Sunday, December 17, 2006

Dirtywork

I guess I should have known better. A couple of days ago I posted some thoughts to the effect that the professional Pinochet-hating crowd had lost a lot of momentum. But then I stumbled across this AP article by Bill Cormier, and now I know that there are still some of them lurking in the press. Cormier starts off so:


Latin America is finally owning up to its "dirty wars" - the nightmarish campaigns of state-sponsored violence in which hundreds of thousands died or "disappeared." But the death of Chile's Gen. Augusto Pinochet shows the continent's leftist leaders of today must act fast to expose the truth while the masterminds of this savagery are still alive.


OK, let's just start with the blindingly obvious. It can't be "the continent's leftist leaders" exclusively who need to fight this problem considering that the last time I checked Castro was a leftist and is clearly the greatest surviving example of a 20th century Latin American tyrant who needs a bullet in the head. Further, Pinochet is not a "mastermind of savagery." There was some limited savagery in 1973-4 that followed on the heels of a coup made bloody by the fact that Salvador Allende (a "leftist leader" if there ever was one, by the way) had been stirring up trouble for three years already and was finally ordered to shape up or resign by Congress, an order he ignored. It isn't as though Pinochet stayed up nights in 1972 thinking "great, now I'm a general. How can I best abuse my power to cause savagery? Because that's what I really want out of life is savagery."



Momentum is growing behind new human rights investigations in Chile and other countries where dictators ruled with impunity.


Well, right, except in Cuba, where human rights investigations are illegal unless undertaken against the US. But I forgot - Castro is a "leftist" and therefore belongs to the category of Latin American leaders who "must act fast to expose the truth." You know, come to think of it, maybe Cormier could just tell them "the truth," since he seems to already know it? Save them some trouble Bill? How 'bout it, buddy?


Inspired by the Cuban revolution and communist principles, small bands of armed leftists emerged in the 1960s and '70s across Latin America to orchestrate kidnappings, bombings and insurgencies. The response - state-sanctioned terror and authoritarian governments secretly supported by U.S. intelligence - cast a wide net.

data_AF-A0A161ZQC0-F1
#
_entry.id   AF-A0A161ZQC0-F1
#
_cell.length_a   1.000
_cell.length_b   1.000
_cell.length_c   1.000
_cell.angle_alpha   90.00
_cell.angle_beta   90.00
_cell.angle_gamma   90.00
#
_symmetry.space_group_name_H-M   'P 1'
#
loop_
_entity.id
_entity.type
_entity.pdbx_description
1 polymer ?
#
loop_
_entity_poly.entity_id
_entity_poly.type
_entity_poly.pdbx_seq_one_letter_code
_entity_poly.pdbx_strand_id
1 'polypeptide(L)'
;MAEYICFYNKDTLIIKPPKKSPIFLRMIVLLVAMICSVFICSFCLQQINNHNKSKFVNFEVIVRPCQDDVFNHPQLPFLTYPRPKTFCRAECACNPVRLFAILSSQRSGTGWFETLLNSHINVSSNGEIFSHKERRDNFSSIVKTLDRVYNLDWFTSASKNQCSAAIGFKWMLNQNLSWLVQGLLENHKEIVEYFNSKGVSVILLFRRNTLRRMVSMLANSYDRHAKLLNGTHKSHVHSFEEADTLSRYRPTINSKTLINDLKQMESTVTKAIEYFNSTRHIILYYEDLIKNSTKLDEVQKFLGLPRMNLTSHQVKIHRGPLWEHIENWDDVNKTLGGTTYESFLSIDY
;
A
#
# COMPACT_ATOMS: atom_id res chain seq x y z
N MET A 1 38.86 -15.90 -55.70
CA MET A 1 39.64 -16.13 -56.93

Many nonviolent sympathizers were swept up along with suspected guerrillas, and U.S. intelligence agencies supported the dictators through Operation Condor, a scheme developed by Pinochet's secret police to deny dissidents safe havens.


And this is just ignorant. If Pinochet and Galtieri were such great pals - an impression the reader is clearly supposed to get here - then why did Pinochet supply intelligence to the British during the Falklands War - a war Galtieri needed to win to stay in power? (Indeed, the junta in Argentina was overthrown largely on the basis of having lost that little distraction.) Gee, you might almost think Pinochet was pulling the plug on a regime that had gone sour...


Mexico's police and army summarily executed more than 700 people from the 1960s to 1980s, according to a report quietly released last month that signals the Mexican government's first acceptance of responsibility for its dirty war.


The Mexican government was leftist, you moron! The PRI is in the Socialist International!!! In particular, the president named was not a right-winger:


Pinochet lived to 91. Paraguay's dictator Alfredo Stroessner died this year at 93 without being held to account. Because of his age - 84 - former Mexican President Luis Echeverria will likely avoid trial for what the government report described as a campaign of "massacres, forced disappearances, systematic torture and genocide."


Echeverria redistributed land, imposed foreign investment quotas, devalued the currency, allowed the PLO to open an office in Mexico City, nationalized key industries (notably US and European oil holdings) and gave material support to Salvador Allende. You can well argue that Echeverria wasn't a "leftist" in the Allende/Castro sense, but what you can't do is call him a right-winger!!!


"I believe in the truth and I aspire for justice," Bachelet said after Pinochet's death. "Chile cannot forget, as this is the only way we can look in a constructive way to our future, guaranteeing respect for the fundamental rights of all Chileans."


Right, this from someone who chose East Germany, of all places, for her exile. Wonder what they taught her about justice there? They didn't teach her much about free speech, that's for sure. She ordered Pinochet's grandson discharged from the army for accusing the judges seeking to try him of pursuing fame rather than justice (source).

I could go on, but it should be obvious by now that this article is a hatchet job, and as such should infuriate any free-thinking reader. We expect reporters to give us the facts as they are, not convenient fantasy categories in which all the bad guys vote Republican. The categories "left" and "right" are pretty crude to begin with; I'm automatically suspicious of anyone who uses them as absolutes. In this article, they're downright lies.

George Reisman has a much more forceful article making the same case for Pinochet that I did. Reading it, and now reading this bit of Cormier's imagination, I wish I had worded mine as strongly. I got sucker-punched. These people are bad news, and Reisman is right to stand up to them as he did. Pinochet is dead and in the ground. The campaign to spread lies about him in the cause of international socialism lives on. We should focus our attention on the living dragon, not the dead horse.

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